There are two kinds of config files, corresponding to the two annotation methods (see below). The document-based method looks for config files that start with 'doc-' and the sentence-based method looks for config files that start with 'sent-'.

See the example config files for the minimally required set of options.

Annotation Methods

There are two main annotation methods supported: document-based, and sentence-based.


The document-based method is a common paradigm. You point the software to a folder of documents and each is displayed in turn, and you annotate them.


The sentence-based method is intended to allow a rapid annotation process. First, you need to build an index using, then you supply some seed names in the config file. The system searches for these seed names in the index, and returns a small number of sentences containing them. The annotator is encouraged to annotate these correctly, and also annotate any other names which may appear. These new names then join the list of seed names, and annotation continues.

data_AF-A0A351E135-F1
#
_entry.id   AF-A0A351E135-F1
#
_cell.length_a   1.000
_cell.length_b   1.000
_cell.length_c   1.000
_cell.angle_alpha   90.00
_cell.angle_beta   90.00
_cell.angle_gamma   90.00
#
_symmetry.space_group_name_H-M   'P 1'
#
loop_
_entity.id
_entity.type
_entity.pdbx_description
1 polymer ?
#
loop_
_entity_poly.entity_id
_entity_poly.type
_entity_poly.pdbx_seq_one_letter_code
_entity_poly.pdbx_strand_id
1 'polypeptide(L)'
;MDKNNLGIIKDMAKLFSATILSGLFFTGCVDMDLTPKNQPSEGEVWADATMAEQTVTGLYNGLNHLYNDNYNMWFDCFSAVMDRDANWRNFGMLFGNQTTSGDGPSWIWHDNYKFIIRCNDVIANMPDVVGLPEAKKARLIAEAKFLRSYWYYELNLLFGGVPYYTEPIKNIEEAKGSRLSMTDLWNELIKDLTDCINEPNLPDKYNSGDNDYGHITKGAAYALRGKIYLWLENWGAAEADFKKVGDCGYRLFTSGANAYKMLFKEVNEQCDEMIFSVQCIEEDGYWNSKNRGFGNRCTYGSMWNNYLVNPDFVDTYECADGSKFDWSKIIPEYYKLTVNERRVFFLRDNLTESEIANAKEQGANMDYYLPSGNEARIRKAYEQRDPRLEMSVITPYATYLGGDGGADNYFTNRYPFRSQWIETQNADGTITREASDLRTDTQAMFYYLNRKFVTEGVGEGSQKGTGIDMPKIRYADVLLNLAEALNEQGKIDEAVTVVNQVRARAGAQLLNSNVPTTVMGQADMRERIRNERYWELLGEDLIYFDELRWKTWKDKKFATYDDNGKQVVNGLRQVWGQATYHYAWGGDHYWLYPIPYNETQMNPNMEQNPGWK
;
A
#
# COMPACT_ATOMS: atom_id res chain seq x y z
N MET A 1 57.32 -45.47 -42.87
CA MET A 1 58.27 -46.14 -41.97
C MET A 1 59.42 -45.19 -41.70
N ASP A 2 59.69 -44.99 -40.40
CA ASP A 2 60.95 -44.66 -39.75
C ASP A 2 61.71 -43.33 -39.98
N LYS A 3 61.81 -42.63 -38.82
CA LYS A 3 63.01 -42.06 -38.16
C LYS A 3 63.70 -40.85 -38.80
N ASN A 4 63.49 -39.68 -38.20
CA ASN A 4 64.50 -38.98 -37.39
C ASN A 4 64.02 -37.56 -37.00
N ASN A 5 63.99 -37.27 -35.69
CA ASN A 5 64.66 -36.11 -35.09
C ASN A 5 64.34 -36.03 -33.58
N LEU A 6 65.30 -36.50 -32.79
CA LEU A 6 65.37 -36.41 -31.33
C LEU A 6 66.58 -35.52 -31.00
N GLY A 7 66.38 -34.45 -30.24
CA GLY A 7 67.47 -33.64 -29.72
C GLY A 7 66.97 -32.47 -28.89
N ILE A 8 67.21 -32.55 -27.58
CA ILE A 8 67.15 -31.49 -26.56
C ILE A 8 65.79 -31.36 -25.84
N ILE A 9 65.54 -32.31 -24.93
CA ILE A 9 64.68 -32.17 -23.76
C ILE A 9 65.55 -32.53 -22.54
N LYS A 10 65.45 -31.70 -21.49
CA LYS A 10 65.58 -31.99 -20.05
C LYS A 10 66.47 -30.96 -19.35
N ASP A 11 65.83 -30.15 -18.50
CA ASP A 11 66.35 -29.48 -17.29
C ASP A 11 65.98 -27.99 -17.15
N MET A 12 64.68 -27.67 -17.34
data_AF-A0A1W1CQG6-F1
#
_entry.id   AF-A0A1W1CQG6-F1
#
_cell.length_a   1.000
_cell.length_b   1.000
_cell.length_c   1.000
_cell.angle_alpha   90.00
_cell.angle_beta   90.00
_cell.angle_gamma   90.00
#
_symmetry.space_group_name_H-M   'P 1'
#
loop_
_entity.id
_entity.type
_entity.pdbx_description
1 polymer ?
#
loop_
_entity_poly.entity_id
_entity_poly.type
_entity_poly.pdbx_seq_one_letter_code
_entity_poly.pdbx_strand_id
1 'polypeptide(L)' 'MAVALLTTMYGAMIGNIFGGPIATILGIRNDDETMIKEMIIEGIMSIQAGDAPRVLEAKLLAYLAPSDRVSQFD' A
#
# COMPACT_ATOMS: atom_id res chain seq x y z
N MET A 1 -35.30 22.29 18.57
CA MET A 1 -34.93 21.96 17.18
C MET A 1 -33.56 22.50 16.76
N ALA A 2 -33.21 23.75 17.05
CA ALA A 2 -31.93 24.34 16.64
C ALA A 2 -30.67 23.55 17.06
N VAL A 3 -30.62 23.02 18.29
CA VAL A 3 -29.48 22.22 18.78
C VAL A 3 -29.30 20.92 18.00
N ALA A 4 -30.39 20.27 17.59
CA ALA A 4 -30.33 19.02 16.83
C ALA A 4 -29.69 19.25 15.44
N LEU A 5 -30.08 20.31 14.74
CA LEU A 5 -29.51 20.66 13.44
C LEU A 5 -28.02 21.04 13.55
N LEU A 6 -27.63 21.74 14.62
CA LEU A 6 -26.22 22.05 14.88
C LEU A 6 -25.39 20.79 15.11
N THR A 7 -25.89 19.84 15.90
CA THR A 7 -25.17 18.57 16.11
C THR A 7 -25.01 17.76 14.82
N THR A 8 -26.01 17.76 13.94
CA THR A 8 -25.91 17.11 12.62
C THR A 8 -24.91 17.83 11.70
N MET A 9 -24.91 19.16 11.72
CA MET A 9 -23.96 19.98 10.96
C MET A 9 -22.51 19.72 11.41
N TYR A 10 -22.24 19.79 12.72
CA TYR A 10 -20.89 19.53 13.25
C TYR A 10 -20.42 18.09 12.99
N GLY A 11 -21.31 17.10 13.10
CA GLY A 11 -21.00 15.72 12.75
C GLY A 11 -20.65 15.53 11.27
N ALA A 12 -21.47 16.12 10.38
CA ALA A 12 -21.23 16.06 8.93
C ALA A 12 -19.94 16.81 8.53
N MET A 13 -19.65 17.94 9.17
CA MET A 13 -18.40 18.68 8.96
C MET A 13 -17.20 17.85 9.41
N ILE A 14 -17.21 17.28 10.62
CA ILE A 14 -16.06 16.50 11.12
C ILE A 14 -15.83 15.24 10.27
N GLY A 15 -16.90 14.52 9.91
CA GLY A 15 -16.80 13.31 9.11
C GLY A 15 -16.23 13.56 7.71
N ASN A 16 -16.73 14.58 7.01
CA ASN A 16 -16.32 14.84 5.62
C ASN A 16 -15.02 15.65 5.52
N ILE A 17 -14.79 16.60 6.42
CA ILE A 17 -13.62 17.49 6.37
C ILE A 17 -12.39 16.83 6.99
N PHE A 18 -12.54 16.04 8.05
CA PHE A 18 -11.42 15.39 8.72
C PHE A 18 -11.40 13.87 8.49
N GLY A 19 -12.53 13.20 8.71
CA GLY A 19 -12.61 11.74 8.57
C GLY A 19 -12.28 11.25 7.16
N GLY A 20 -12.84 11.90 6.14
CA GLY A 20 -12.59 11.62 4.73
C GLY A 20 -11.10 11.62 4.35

For example, if the seed name is 'Pete Sampras', then we might hope that 'Andre Agassi' will show up in the same sentence. If the annotator chooses to annotate 'Andre Agassi' also, then the system will retrieve new sentences containing 'Andre Agassi'. Presumably these sentences will contain entities such as 'Wimbledon' and 'New York City'. In principle, this will continue until some cap on the number of entities has been reached.

Using the sentence-based

First, you need to download a corpus. We have used Hindi for this. Run: